Five types of vayu are as follows:

  1. Prana: located in mouth and nostrils (inhaled); aids ingestion.
  2. Apana: located at anal extremity (expelled); elimination, expulsion.
  3. Samana: equalizer, aids digestion.
  4. Vyana: circulation of blood and nutrients.
  5. Udana: functions in upper respiratory passages.

Siddha Pharmacy

Mercury: Mercury occupies a very high place in Siddha medicine. It is used as a catalytic agent in many of its medicines. When mercury is used, it is used in combination with sulphur. The addition of sulphur is to control the fluidity of mercury-this converts to mercuric sulphite which is insoluble in mineral acids.

Siddhas used five forms of mercury:

  1. Mercury metal-rasam.
  2. Red sulphide of mercury-lingam.
  3. Mercury chloride-veeram.
  4. Mercury subchloride (mercury chloride)-pooram.
  5. Red oxide of mercury-rasa chenduram. Ordinary rasa chenduram (red oxide of mercury) is a poison, but when processed as poorna chandrodayam according to Siddha practice, it becomes ambrosia.

Classifications of Siddha medicine:

  1. Uppu (Lavanam): Drugs that dissolve in water and decrepitated when put into fire giving off vapours (water soluble inorganic compounds). There are 25 varieties and are called kara-charam, salts and alkalis.
  2. Pashanam: Drugs that do not dissolve in water but give off vapour when put into fire (water insoluble inorganic compounds).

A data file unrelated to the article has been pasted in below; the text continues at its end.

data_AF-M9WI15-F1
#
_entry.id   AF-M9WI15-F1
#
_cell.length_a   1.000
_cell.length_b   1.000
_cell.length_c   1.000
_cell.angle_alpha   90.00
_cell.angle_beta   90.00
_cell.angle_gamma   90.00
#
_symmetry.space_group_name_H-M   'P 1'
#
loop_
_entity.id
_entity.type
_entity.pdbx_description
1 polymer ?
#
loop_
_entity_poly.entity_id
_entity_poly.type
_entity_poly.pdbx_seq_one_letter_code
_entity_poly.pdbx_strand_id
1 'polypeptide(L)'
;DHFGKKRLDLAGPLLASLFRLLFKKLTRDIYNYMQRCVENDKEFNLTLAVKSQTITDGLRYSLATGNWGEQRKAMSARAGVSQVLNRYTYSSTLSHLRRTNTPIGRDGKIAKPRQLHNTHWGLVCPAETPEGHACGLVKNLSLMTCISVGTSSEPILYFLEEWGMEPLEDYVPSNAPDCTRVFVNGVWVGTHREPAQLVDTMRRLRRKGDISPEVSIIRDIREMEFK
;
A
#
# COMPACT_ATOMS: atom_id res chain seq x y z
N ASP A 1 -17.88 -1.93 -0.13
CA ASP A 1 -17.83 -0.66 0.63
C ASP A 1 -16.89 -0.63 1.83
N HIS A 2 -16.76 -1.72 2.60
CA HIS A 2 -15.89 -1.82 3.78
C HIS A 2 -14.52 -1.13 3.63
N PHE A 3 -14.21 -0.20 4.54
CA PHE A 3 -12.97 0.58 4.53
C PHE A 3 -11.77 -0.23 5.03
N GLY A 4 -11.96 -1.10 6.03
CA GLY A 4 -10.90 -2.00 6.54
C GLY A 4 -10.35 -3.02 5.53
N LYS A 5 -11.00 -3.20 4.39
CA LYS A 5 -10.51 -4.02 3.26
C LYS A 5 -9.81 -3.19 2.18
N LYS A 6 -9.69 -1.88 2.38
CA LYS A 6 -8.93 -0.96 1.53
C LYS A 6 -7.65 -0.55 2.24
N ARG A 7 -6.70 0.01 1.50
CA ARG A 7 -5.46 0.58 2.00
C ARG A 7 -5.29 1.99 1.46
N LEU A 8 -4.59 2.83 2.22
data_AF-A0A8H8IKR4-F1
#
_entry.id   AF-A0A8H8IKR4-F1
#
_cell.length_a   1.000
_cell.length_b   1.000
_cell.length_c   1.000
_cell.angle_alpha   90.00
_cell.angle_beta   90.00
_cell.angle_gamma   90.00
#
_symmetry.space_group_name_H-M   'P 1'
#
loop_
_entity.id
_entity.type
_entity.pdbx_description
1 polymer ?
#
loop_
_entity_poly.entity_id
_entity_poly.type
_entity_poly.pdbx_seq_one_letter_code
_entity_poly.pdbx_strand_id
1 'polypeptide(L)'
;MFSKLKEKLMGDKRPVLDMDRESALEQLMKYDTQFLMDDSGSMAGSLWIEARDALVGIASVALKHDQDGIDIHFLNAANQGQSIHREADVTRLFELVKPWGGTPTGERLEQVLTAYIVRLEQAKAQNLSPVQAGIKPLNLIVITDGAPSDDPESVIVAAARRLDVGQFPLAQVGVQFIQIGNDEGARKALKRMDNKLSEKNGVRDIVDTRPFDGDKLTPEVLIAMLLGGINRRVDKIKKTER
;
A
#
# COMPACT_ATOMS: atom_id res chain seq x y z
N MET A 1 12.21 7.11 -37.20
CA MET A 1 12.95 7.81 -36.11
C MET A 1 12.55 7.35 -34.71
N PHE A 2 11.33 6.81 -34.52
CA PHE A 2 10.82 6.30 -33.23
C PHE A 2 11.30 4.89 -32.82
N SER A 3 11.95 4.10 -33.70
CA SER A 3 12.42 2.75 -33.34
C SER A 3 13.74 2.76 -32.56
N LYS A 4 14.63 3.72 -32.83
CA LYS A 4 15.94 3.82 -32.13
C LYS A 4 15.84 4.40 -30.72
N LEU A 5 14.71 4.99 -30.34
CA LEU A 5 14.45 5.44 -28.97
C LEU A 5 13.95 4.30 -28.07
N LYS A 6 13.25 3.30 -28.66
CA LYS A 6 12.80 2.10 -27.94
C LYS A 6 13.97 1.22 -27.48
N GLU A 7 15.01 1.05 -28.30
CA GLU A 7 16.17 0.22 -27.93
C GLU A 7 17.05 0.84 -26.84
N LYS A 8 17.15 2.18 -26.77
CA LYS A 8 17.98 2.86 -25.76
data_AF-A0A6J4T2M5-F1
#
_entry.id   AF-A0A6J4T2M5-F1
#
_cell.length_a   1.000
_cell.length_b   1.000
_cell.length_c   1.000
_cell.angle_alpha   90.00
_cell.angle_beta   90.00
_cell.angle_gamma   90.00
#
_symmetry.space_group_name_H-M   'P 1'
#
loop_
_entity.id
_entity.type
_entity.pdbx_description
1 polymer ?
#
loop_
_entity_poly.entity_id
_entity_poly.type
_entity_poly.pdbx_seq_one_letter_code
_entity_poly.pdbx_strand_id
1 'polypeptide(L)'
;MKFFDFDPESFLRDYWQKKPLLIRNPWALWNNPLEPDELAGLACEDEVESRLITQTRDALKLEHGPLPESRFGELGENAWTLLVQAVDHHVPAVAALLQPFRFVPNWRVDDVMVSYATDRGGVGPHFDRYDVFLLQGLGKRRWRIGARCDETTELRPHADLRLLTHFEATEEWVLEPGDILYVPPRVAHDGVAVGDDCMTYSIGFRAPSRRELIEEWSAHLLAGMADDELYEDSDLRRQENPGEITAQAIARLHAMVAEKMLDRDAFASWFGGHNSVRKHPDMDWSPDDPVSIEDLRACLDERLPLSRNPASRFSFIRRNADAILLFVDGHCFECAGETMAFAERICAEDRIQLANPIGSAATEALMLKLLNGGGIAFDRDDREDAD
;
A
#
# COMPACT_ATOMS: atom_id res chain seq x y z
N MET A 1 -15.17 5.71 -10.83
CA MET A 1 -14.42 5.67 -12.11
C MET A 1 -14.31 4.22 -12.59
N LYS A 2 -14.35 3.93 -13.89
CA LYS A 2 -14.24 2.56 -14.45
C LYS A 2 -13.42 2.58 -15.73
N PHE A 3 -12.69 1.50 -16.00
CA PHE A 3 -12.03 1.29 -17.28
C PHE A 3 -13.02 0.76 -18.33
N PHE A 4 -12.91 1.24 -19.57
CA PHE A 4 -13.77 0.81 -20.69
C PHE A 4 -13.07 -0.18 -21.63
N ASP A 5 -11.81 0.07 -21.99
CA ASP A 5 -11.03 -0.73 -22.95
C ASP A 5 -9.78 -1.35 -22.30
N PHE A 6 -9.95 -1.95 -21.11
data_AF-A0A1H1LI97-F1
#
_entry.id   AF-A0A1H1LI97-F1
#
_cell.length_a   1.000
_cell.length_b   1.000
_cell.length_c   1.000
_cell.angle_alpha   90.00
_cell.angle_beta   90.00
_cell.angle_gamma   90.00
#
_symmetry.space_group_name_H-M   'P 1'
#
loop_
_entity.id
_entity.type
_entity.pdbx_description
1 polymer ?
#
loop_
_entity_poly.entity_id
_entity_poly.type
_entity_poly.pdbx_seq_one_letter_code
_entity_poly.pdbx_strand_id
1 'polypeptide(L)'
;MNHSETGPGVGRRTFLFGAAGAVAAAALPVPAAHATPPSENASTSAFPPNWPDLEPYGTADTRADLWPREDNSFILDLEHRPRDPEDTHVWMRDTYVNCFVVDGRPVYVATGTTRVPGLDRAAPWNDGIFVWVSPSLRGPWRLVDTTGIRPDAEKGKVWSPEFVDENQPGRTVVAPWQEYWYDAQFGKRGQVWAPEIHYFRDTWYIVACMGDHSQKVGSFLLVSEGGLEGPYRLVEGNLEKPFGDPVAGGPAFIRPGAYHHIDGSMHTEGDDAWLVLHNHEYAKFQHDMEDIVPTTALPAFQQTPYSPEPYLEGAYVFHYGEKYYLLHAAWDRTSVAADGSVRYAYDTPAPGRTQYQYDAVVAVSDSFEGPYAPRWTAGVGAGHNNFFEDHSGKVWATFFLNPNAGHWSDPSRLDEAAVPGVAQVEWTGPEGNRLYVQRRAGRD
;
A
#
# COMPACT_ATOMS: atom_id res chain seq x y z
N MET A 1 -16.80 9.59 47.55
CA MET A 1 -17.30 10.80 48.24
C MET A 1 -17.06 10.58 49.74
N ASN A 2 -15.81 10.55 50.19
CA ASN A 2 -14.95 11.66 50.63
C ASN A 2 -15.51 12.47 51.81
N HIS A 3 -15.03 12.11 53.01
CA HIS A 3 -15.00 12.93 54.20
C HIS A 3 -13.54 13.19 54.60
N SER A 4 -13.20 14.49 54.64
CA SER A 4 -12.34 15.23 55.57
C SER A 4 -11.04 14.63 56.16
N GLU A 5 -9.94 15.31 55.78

3. Uparasam: Drugs that do not dissolve in water (chemicals similar to Pashanam but differing in their actions) such as mica, magnetic iron, antimony, zinc sulphate, iron pyrites, ferrous sulphate.
  4. Loham: Metals and minerals alloys (water insoluble, melt in fire, solidify on cooling) such as gold, silver copper, iron, tin and lead.
  5. Rasam: Drugs that are soluble (sublime when put in fire, and changes into small crystals), such as mercury amalgams and compounds of mercury, arsenic.
  6. Gandhakam: Sulphur insoluble in water, burns off when put into fire.
  7. Ratnas and uparatnas: Thirteen varieties are described, such as coral, lapis-lazuli, pearls, diamonds, jade, emerald, ruby, sapphire, opal, vaikrantham, rajavantham, spatikam harin mani.

The common preparations of Siddha medicines are:

  1. Bhasma (Calcined metals and minerals).
  2. Churna (powders).
  3. Kashaya (decoctions).
  4. Lehya (confections).
  5. Ghrita (ghee preparations) and taila (oil preparations).
  6. Chunna (metallic preparations which become alkaline).
  7. Mezhugu (waxy preparations).
  8. Kattu (preparation that are impervious to water and flames.

Sulphur: Calcined sulphur or red oxide of sulphur can be obtained by solidifying it first by the Siddha method of purification. In small doses, it conserves the body, and it is diaphoretic and alterative. Therapeutic ally is used as both external and internal remedy against skin diseases, rheumatic arthritis, asthma, jaundice and blood poisoning.

Arsenic: As per Siddha kalpa, purified and consolidated arsenic is effective against all fevers, asthma and anaemia.

Gold: It is alterative, nervine tonic, antidote to poison and a powerful sexual stimulant. Very little is absorbed in the system. Care is taken to see that calcinations of gold is freed from metallic state and lustre to ensure safe absorption in the system.

Thus, these drugs and metallic minerals can be screened for its antiviral, immune stimulant and immuno-modulator activity. As HIV negative people have taken Kalpha drugs for rejuvenation and long life, it is believed that if Kayakapla therapy is thoroughly investigated using modern parameters, it might lead one to find whether these drugs could be used in preventative or curative benefits in AIDS or other diseases.